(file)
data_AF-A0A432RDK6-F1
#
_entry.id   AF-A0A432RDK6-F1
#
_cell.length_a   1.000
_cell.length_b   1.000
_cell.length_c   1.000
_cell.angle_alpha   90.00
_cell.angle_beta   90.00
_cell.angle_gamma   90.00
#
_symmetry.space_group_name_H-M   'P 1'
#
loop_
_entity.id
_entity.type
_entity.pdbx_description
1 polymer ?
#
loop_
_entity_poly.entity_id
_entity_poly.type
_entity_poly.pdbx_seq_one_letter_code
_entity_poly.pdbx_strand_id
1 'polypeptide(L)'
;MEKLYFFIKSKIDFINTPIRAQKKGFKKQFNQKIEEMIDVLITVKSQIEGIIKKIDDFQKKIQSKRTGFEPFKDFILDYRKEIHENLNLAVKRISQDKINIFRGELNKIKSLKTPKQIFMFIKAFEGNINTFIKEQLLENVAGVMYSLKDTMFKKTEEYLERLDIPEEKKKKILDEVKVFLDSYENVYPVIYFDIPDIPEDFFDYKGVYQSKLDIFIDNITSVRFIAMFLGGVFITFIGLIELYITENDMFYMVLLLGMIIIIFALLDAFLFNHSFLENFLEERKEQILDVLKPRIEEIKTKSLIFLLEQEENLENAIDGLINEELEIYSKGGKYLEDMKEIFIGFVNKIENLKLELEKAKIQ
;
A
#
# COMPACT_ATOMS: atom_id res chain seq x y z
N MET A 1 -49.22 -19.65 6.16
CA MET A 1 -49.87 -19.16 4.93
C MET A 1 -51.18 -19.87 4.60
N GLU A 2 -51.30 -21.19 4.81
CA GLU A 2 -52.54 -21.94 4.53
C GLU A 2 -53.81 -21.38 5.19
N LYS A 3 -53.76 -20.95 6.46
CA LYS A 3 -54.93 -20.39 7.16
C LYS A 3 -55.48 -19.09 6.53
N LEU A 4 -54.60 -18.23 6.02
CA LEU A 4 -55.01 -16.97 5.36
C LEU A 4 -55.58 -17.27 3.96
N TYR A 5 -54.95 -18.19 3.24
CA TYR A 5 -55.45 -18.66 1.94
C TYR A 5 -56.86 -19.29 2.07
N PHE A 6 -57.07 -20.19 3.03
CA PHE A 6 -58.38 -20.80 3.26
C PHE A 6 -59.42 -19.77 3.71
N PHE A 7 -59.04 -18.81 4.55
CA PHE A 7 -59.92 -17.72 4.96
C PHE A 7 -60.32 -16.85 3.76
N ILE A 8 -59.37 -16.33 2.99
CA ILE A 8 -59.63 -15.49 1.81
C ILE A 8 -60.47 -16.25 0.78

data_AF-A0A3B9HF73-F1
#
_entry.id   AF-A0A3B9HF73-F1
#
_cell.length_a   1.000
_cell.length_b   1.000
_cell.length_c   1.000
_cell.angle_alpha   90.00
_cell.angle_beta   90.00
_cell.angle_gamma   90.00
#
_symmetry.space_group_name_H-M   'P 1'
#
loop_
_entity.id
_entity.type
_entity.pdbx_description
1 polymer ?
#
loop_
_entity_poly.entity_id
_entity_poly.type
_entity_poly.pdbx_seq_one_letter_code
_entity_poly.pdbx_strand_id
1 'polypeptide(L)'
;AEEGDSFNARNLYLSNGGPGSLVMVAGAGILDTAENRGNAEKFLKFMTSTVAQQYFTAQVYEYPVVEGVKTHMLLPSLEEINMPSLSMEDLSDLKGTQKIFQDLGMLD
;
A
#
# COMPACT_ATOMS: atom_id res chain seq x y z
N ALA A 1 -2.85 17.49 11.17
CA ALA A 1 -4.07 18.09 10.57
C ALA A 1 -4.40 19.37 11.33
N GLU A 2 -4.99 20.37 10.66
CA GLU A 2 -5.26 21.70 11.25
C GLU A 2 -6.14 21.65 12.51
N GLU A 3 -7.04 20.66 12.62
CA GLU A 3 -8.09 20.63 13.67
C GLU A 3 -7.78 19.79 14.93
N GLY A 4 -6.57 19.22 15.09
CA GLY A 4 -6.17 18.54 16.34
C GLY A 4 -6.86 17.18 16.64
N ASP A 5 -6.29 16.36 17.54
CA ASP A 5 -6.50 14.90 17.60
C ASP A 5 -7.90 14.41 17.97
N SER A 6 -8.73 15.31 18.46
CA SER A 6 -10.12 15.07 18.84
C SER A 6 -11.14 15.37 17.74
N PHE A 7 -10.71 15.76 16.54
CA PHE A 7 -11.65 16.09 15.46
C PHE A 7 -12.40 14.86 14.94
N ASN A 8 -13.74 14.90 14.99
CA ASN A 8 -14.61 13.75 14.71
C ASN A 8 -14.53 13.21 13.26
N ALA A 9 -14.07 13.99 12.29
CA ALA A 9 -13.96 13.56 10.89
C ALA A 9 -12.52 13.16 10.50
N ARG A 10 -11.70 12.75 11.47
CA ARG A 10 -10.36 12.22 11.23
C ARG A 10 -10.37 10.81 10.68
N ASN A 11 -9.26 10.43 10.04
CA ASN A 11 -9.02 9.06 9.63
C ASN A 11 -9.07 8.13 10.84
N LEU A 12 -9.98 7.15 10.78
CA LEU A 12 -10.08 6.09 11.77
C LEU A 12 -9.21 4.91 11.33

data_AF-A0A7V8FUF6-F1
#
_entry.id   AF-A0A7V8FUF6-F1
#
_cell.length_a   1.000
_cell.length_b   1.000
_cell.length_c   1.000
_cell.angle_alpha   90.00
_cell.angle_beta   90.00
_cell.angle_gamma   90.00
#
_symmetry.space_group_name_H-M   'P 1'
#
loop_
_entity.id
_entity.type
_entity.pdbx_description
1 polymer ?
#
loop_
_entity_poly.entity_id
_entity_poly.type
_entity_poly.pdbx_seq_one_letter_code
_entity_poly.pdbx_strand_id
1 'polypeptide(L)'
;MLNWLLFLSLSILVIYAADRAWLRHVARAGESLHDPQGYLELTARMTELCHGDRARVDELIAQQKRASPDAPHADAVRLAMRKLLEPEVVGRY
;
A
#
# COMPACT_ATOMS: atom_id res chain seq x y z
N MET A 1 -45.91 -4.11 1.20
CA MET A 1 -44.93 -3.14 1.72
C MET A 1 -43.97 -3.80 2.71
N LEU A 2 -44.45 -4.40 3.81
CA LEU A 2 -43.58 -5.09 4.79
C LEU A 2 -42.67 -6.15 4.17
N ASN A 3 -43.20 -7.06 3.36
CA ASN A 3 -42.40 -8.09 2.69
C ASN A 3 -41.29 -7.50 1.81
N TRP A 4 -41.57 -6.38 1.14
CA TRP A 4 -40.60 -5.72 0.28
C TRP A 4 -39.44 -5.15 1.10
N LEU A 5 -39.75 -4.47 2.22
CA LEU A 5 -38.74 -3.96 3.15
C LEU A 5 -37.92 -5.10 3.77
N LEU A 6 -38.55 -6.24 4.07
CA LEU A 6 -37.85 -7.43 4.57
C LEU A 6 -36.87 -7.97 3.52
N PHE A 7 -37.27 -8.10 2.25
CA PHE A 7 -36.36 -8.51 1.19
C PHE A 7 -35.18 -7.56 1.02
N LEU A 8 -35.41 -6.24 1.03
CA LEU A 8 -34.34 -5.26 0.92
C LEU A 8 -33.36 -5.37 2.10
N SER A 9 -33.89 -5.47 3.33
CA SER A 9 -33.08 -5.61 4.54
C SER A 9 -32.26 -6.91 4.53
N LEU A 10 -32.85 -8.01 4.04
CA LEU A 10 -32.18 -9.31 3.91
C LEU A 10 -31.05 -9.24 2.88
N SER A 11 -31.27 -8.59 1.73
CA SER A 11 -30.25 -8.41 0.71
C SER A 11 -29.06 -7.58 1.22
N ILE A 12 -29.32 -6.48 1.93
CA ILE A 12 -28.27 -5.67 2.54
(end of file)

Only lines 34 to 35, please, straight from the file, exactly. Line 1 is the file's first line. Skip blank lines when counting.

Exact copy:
N GLU A 2 -51.30 -21.19 4.81
CA GLU A 2 -52.54 -21.94 4.53